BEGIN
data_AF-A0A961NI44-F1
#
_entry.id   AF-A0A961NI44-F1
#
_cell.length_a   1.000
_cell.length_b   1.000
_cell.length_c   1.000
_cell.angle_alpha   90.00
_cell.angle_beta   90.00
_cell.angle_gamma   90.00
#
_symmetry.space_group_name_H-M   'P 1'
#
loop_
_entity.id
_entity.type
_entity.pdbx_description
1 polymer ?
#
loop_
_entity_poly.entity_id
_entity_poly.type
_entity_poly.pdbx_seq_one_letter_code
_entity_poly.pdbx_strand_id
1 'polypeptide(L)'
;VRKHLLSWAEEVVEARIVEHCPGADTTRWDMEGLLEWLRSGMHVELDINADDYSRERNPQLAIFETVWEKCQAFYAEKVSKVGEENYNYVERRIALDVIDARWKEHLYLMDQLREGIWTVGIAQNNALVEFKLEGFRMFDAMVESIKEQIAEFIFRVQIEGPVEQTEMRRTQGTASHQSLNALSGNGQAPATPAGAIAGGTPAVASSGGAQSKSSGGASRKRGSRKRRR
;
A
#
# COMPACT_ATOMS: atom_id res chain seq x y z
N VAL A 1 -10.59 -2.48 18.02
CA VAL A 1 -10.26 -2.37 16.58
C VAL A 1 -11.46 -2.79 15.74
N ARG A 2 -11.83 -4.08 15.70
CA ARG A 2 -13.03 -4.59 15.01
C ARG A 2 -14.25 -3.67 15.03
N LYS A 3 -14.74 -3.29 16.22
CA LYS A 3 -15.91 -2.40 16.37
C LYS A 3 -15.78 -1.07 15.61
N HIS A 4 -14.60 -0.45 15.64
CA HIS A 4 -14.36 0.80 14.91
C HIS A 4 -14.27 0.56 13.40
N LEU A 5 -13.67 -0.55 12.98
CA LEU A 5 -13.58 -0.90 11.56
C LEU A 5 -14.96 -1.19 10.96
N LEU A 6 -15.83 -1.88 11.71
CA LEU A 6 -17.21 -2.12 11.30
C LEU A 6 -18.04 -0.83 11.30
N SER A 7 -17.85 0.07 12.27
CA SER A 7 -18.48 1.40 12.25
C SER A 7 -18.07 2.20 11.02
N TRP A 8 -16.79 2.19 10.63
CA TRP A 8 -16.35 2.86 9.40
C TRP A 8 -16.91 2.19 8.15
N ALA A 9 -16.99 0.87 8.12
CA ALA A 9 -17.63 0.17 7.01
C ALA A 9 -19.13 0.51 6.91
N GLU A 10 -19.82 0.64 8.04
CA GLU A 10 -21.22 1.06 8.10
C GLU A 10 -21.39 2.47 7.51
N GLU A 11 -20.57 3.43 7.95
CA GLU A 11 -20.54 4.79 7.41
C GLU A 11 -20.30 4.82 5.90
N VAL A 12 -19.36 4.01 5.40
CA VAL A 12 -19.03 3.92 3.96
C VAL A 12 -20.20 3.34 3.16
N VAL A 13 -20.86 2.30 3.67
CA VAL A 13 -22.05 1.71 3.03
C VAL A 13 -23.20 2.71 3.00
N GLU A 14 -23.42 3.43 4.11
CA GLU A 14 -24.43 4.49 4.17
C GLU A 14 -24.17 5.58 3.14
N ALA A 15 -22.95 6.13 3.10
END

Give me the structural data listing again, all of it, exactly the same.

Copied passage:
data_AF-A0A961NI44-F1
#
_entry.id   AF-A0A961NI44-F1
#
_cell.length_a   1.000
_cell.length_b   1.000
_cell.length_c   1.000
_cell.angle_alpha   90.00
_cell.angle_beta   90.00
_cell.angle_gamma   90.00
#
_symmetry.space_group_name_H-M   'P 1'
#
loop_
_entity.id
_entity.type
_entity.pdbx_description
1 polymer ?
#
loop_
_entity_poly.entity_id
_entity_poly.type
_entity_poly.pdbx_seq_one_letter_code
_entity_poly.pdbx_strand_id
1 'polypeptide(L)'
;VRKHLLSWAEEVVEARIVEHCPGADTTRWDMEGLLEWLRSGMHVELDINADDYSRERNPQLAIFETVWEKCQAFYAEKVSKVGEENYNYVERRIALDVIDARWKEHLYLMDQLREGIWTVGIAQNNALVEFKLEGFRMFDAMVESIKEQIAEFIFRVQIEGPVEQTEMRRTQGTASHQSLNALSGNGQAPATPAGAIAGGTPAVASSGGAQSKSSGGASRKRGSRKRRR
;
A
#
# COMPACT_ATOMS: atom_id res chain seq x y z
N VAL A 1 -10.59 -2.48 18.02
CA VAL A 1 -10.26 -2.37 16.58
C VAL A 1 -11.46 -2.79 15.74
N ARG A 2 -11.83 -4.08 15.70
CA ARG A 2 -13.03 -4.59 15.01
C ARG A 2 -14.25 -3.67 15.03
N LYS A 3 -14.74 -3.29 16.22
CA LYS A 3 -15.91 -2.40 16.37
C LYS A 3 -15.78 -1.07 15.61
N HIS A 4 -14.60 -0.45 15.64
CA HIS A 4 -14.36 0.80 14.91
C HIS A 4 -14.27 0.56 13.40
N LEU A 5 -13.67 -0.55 12.98
CA LEU A 5 -13.58 -0.90 11.56
C LEU A 5 -14.96 -1.19 10.96
N LEU A 6 -15.83 -1.88 11.71
CA LEU A 6 -17.21 -2.12 11.30
C LEU A 6 -18.04 -0.83 11.30
N SER A 7 -17.85 0.07 12.27
CA SER A 7 -18.48 1.40 12.25
C SER A 7 -18.07 2.20 11.02
N TRP A 8 -16.79 2.19 10.63
CA TRP A 8 -16.35 2.86 9.40
C TRP A 8 -16.91 2.19 8.15
N ALA A 9 -16.99 0.87 8.12
CA ALA A 9 -17.63 0.17 7.01
C ALA A 9 -19.13 0.51 6.91
N GLU A 10 -19.82 0.64 8.04
CA GLU A 10 -21.22 1.06 8.10
C GLU A 10 -21.39 2.47 7.51
N GLU A 11 -20.57 3.43 7.95
CA GLU A 11 -20.54 4.79 7.41
C GLU A 11 -20.30 4.82 5.90
N VAL A 12 -19.36 4.01 5.40
CA VAL A 12 -19.03 3.92 3.96
C VAL A 12 -20.20 3.34 3.16
N VAL A 13 -20.86 2.30 3.67
CA VAL A 13 -22.05 1.71 3.03
C VAL A 13 -23.20 2.71 3.00
N GLU A 14 -23.42 3.43 4.11
CA GLU A 14 -24.43 4.49 4.17
C GLU A 14 -24.17 5.58 3.14
N ALA A 15 -22.95 6.13 3.10